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A Quick Bible Study, Vol. 147: Archeology Affirms Place Where Jesus Restored Sight to Blind Man

The opinions expressed by columnists are their own and do not necessarily represent the views of
AP Photo/Wong Maye-E

Author's Note: All previous volumes of this series are here. The first 56 volumes are compiled into the book "Bible Study For Those Who Don't Read The Bible." Now, "Part Two," featuring volumes 57-113, is available for sale.


Event Alert: My friend, Rabbi Aaron Allsbrook, is hosting a Messianic Jewish Passover Seder on April 6 at the Museum of the Bible in Washington, D.C. The keynote speaker is Dr. Michael Brown – well known to Townhall readers. Buy tickets early! 

Today’s study was sparked by a Fox News report headlined: “Biblical site where Jesus healed blind man excavated for public view: 'Affirms Scripture.' ” The “affirmed” Scripture is Chapter 9 of John’s gospel. The “biblical site” is Jerusalem’s Pool of Siloam

I am thrilled whenever a biblical archeological discovery is reported by the secular news. Here are four reasons why people with faith in Almighty God should celebrate such reports. 

First, “affirming” physical evidence makes the Word of God less of a “fairy tale” — a phrase used by my deceased atheist sister, to describe the Bible. (God rest her soul.) 

Second, excavations can spark biblical interest among academics or anyone who enjoys ancient history — even those without faith who would never pick up a Bible. 

Third, a repeat from Vol. 126: “What the Bible Says about Burnt Offerings” — relevant to today’s study passage:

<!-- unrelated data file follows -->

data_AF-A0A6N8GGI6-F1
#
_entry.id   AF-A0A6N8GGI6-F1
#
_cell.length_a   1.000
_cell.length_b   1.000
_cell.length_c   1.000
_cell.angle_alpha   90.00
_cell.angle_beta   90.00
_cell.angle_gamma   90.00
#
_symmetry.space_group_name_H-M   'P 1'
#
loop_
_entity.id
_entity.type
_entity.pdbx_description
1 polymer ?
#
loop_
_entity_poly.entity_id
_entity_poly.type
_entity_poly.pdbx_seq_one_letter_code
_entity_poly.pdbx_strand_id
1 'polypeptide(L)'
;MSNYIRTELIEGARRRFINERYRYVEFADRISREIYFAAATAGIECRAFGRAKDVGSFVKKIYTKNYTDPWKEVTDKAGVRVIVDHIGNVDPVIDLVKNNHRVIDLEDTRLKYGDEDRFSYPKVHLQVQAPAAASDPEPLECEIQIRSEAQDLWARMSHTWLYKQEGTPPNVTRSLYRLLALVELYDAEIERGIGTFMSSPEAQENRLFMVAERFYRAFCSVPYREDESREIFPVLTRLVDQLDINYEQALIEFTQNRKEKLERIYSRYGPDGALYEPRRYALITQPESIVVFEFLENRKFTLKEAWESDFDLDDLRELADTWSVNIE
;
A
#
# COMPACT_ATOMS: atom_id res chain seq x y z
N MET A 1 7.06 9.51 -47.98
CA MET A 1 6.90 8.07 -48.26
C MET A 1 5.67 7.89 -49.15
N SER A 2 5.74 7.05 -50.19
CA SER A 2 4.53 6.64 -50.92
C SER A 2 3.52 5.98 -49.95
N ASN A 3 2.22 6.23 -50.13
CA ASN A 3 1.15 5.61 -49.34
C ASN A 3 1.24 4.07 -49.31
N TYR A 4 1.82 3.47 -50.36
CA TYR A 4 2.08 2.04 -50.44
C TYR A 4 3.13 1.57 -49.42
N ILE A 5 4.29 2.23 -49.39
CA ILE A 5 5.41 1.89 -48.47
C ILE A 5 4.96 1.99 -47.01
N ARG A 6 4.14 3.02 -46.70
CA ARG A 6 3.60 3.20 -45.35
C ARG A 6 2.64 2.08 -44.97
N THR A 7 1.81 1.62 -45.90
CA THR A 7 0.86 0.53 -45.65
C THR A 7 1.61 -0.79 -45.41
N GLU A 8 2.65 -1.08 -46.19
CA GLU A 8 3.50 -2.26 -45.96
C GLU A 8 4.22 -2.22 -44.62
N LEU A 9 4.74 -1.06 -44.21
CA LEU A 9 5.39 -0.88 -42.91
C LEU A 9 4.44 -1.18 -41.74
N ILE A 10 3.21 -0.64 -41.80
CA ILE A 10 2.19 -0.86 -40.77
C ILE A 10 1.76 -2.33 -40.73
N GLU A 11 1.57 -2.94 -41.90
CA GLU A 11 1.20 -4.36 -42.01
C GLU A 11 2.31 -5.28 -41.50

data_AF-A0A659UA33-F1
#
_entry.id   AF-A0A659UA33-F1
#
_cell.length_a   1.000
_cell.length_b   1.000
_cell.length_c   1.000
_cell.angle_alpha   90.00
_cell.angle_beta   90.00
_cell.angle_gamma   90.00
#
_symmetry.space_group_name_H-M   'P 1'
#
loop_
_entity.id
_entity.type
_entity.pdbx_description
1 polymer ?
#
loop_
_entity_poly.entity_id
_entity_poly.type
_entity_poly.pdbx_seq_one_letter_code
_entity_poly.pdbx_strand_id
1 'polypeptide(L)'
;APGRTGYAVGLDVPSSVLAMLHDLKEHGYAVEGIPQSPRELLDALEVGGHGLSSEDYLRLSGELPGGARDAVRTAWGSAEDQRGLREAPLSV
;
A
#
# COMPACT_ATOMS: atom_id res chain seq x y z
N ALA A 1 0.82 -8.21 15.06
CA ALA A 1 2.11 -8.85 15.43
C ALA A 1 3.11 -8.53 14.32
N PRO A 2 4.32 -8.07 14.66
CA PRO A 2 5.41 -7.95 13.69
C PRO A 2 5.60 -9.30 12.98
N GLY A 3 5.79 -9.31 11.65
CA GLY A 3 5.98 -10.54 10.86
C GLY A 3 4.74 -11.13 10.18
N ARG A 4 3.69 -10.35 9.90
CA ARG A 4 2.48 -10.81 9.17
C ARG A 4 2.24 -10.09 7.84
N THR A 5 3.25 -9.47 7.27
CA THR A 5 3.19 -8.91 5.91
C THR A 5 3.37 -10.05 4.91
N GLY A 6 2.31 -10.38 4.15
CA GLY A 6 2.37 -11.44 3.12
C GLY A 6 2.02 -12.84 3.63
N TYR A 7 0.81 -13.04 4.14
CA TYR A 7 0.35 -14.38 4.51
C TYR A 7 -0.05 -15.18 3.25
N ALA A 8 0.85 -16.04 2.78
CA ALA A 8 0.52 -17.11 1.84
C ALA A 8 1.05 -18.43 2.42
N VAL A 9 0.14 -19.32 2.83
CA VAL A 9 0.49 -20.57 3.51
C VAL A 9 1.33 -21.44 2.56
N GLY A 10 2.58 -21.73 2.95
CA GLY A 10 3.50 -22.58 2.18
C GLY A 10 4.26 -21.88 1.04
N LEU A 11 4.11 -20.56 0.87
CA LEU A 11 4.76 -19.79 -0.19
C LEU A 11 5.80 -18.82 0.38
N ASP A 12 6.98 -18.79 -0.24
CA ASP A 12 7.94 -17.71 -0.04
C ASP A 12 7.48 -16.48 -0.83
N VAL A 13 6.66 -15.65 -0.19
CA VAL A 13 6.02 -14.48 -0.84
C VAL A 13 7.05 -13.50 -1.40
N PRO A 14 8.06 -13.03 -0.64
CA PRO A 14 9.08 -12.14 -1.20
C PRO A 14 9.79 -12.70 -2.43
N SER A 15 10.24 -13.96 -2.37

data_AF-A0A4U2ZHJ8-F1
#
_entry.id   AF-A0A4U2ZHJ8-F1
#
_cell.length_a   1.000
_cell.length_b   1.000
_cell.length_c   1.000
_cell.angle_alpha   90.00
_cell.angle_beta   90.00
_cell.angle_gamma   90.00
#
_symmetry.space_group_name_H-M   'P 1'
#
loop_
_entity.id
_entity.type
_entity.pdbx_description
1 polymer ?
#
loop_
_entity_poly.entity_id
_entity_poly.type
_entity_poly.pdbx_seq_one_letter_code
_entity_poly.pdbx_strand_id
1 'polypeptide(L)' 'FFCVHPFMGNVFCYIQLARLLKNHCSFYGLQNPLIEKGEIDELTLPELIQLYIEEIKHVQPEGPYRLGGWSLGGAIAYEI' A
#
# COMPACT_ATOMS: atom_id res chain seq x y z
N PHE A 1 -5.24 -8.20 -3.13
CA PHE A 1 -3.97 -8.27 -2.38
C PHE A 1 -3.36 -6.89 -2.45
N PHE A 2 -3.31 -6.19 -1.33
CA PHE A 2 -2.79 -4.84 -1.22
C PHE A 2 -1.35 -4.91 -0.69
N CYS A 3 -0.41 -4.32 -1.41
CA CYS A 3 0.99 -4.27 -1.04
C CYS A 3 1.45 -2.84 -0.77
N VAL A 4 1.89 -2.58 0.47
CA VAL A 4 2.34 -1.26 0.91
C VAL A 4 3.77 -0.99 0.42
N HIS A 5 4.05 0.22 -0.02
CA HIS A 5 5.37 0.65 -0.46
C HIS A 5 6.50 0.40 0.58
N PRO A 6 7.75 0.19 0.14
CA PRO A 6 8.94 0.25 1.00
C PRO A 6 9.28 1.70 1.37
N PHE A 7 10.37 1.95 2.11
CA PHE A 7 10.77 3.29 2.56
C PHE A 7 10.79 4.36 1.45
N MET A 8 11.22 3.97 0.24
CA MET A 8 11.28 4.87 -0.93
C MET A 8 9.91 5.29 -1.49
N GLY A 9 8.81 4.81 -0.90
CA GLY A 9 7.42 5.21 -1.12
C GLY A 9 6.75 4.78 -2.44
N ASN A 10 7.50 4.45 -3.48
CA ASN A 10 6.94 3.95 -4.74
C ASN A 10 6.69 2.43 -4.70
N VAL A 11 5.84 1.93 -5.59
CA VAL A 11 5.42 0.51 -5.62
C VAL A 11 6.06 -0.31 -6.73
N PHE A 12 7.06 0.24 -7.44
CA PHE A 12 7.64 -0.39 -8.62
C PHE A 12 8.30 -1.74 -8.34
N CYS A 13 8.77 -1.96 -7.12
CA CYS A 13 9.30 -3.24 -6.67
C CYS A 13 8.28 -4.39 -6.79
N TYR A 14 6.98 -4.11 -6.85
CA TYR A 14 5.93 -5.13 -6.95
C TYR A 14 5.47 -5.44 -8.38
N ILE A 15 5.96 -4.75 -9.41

“Decades ago, I heard a mega-church pastor say, ‘Archaeology has never disproved the Bible,’ and it resonated with me. Then, researching this study [Vol. 126], I found two confirming articles. First from Smithsonian Magazine: ‘An Archaeological Dig Reignites the Debate Over the Old Testament’s Historical Accuracy’ — and a quote grabbed my attention: 


“ ‘This trend of archaeology corroborating Biblical accounts continued so consistently that in 1959 Rabbi Dr. Nelson Glueck declared ‘no archaeological discovery has ever controverted a biblical reference.’ Since then, the evidence has kept coming.

“The second article is from Newsweek (of all places), by celebrated writer Eric Metaxas titled, ‘Is Archaeology Proving the Bible?’ Metaxas wrote: ‘Archaeology has been pointing to the accuracy of the Hebrew scriptures for 170 years.’ ”

Fourth, as technology advances, expect new techniques to yield more discoveries confirming the Bible. (Maybe even the “Ark of the Covenant,” but without Harrison Ford.) 

And, on a personal note, this past summer in Jerusalem, my husband and I visited the Pool of Siloam, thus more excavations are welcome news.

Now, let's take a quick dip into the Pool of Siloam and discuss the key takeaways from John: 9 — a miraculous two-part story. First, “Jesus Heals a Man Born Blind,” the subhead for verses 1-12. The second subhead for verses 13 - 41 is “The Pharisees Investigate the Healing.”

Here is a synopsis mixed with quotes from John 9.

Jesus in Jerusalem saw “a man blind from birth.” His disciples ask, “ ‘Rabbi, who sinned, this man or his parents, that he was born blind?’ ” Jesus answered “ ‘Neither this man nor his parents sinned, but this happened so that the works of God might be displayed in him.’ ” 


 Jesus continued with a familiar theme — “light.” (See Vol. 49.) He says, “ ‘While I am in the world, I am the light of the world.’ ” Then Jesus spits into the dirt to make mud and places the mud on the blind man’s eyes: